It’s not just about sports. Some students discover they have a passion for science and their science project takes first place every year. Maybe they find a talent for foreign languages, debate, politics, basketball or the tuba. We move from participating in these efforts to devoting ourselves to perfecting this new skill. We migrate to others who appreciate and understand these skills and test our progress…. through competition.
Is this evil or does it help us become better?
Those that choose to be competitors allow themselves to become a benchmark for others. This can be discouraging, frustrating and, at times, rewarding. In my view, it is neither good nor bad to be a competitor versus a participant. As with so many things in life, it seems this is a personal choice.
The lesson I learned last Thursday is that guiding someone through an experiential learning activity is more difficult than it may seem. With children, adults or your classmates, the process is complex and wrought with surprises.
When competition is introduced into the scenario, great care should be taken to protect individuals as they learn about and discover themselves. It is our job as parents, teachers, coaches and facilitator to make this a positive experience that helps them define for themselves whether they will become participants or competitors in life — and to help them understand that whatever choice they make is ok.
Does this answer the question regarding competition for everyone? I don’t know. It is a complicated topic as I have learned over the past few days and one we have to answer for ourselves. It has been an emotional and intense journey for me.
If you have thoughts about this topic, please leave a reply.
Related articles on the Web:
Alfie Kohn Is Bad For You And Dangerous For Your Children
5 Lessons about Youth Sports from an Athletic Prodigy
4 thoughts on “Is Competition Evil?”
You were correct when you said, “There’s a Study for That”! I get suspicions when the conclusions of social science “studies” are bandied about in the popular press and cited as evidence for “truth”.
Alfie Kohn’s view peaked with the so-called “self esteem” movement. American kids have so much “self esteem” that they actually believe they are exceptional students when it can be demonstrated by reality (i.e., comparison with academic achievement by students from other countries) that they’re not. Are we doing these youngsters any favors when we send them messages that they can “do anything – be anything” (which, btw, is actually a new merit badge for the Girl Scouts of America!)?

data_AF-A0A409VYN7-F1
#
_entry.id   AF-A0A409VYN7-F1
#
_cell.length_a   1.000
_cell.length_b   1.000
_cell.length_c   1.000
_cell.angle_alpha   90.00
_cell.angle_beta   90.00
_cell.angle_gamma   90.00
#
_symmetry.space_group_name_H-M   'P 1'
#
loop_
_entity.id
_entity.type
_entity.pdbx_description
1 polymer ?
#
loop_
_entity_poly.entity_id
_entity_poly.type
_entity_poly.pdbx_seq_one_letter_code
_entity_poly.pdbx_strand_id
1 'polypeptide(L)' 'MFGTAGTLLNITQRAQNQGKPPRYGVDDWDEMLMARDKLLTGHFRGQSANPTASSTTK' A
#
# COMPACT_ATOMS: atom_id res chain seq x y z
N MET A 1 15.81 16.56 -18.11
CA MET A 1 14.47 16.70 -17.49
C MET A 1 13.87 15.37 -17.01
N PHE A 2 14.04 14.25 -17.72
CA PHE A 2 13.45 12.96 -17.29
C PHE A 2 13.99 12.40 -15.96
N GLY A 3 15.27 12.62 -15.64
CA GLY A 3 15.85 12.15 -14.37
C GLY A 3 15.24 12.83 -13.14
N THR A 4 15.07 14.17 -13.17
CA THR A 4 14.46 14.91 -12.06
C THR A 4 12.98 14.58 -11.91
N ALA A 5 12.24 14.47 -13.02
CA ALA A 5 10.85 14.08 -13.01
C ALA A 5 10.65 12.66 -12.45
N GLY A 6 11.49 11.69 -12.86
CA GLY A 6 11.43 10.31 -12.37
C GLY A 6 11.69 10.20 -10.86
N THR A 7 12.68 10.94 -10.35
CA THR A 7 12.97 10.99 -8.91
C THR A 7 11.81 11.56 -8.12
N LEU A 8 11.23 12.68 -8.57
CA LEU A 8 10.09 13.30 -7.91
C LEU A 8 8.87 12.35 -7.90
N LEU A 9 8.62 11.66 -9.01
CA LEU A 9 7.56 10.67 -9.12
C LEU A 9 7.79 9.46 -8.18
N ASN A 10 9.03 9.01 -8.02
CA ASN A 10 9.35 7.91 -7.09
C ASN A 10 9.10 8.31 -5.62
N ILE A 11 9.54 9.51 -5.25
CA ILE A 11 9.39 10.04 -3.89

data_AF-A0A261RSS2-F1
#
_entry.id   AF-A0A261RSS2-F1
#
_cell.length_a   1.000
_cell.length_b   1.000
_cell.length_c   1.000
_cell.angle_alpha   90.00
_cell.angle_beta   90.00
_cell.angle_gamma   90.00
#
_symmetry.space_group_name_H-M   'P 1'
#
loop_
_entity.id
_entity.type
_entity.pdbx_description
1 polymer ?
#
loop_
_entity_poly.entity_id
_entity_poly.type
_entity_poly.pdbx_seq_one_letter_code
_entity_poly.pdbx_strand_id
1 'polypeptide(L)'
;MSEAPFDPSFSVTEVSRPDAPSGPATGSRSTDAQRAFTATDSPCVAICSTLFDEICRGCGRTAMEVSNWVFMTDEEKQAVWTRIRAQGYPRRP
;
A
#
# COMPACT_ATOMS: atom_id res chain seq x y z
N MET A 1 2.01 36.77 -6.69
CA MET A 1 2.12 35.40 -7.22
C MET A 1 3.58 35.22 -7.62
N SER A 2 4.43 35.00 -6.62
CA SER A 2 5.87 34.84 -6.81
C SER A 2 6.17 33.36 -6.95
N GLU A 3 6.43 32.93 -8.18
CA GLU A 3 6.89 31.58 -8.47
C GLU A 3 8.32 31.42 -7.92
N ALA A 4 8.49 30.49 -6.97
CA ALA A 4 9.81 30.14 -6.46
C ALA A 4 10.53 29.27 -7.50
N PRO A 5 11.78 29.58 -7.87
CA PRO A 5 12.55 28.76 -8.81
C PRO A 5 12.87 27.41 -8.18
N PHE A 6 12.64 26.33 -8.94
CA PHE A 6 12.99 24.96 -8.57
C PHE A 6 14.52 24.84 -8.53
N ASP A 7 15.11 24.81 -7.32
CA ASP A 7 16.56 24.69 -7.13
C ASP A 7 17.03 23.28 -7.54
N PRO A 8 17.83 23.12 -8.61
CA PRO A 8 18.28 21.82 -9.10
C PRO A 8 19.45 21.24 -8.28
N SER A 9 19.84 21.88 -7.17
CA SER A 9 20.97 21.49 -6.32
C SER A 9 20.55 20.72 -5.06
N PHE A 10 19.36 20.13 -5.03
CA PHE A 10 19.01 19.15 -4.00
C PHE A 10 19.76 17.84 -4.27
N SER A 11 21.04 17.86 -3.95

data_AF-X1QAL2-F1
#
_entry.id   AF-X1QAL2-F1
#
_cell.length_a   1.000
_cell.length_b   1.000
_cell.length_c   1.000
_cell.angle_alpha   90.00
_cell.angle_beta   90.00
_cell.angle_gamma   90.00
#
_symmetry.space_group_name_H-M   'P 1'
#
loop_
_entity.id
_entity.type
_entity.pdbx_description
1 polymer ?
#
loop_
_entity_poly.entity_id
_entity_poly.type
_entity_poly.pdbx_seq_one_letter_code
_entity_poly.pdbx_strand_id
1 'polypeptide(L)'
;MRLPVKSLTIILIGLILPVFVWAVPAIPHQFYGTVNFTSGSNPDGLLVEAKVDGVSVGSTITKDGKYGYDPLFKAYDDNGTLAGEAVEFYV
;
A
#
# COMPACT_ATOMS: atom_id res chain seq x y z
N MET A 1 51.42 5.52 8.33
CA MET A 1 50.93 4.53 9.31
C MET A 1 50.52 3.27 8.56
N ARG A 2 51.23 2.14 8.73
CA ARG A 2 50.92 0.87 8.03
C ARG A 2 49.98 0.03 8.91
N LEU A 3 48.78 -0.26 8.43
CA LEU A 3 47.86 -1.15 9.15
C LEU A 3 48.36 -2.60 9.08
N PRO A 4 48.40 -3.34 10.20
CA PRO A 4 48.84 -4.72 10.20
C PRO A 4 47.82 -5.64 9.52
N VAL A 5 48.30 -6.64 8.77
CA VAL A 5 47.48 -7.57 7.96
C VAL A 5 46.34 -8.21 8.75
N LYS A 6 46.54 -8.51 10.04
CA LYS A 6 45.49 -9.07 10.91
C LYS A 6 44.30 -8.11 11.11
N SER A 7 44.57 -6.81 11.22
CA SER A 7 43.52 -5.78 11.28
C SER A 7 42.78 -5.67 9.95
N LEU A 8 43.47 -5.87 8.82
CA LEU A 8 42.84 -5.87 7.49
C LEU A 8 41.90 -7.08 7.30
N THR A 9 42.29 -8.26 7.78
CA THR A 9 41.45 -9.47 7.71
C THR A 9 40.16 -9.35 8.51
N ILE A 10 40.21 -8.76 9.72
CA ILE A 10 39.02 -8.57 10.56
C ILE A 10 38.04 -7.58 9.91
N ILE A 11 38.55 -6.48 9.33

When my two sons were boys, they swam in a summer league at local pools. I always dreaded the end of season banquet, when the coaches brought out a huge tray of “trophies”. Every kid got a trophy, just for participating. There may have been one or two kids singled out for “most improved”, but God forbid we should injure these precious youngsters’ self esteem by celebrating the unique accomplishments of a few!
As Edd said above (or below, I’m not sure how these comment threads work!) the urge to compete is built into our human nature. What’s wrong with that? Competitive events and opportunities tap into out innate desire for approval and approbation, if not adulation and glory. They provide a motivation and stimulation for training, study, practice and improvement. The very act of participating on a team or as an individual in a competitive sport builds not only the skills necessary for success in the sport – it builds character.
Douglas MacArthur is quoted as saying, about football at West Point, “On the fields of friendly strife are sown the seeds that, on other fields and other days, will bear the fruit of victory.”
He was right. A person of character is not necessarily the one who is the “winner” in a competitive situation, he or she is more than likely the “loser”! Losing a competition, congratulating the winner and learning that life will go on will teach a person infinitely more than winning all the time. Failure is the best teacher. Why would we want to inoculate our kids against failure? It’s one of the reasons this millenial generation seems to be so full of expectant privilege and yet is so incompetent.
You really got me going, Marcie! I’ll pull in on the reins for now!
Hooray! Let’s put your reply in bold letters! Thank you so much for sharing your thoughts.
Competition is hard-wired into every living thing. It determines which individuals and ultimately which species survive. Civilized humans generally have the lowest rungs of Maslow’s hierarchy of needs covered, so we have had to invent activities like sports as an outlet for our urge to compete.
I’m glad to know my participation in high school basketball contributed to my present happiness (since our team sucked every year). But I have no interest in competition anymore because our culture’s definition of “winning” and “losing” holds no meaning for my personal sense of self worth.
You cannot give away something you don’t have. So to hope that our leaders, teachers, and coaches can impart knowledge and understanding to others that they themselves haven’t mastered is an idealistic dream.
I hear what you’re saying. It is a vicious cycle. At least there are finally some out there that seem to want to try. Maybe focus helps brings about change. And sometimes, the grain runs too deep. Thanks so much for sharing your thoughts.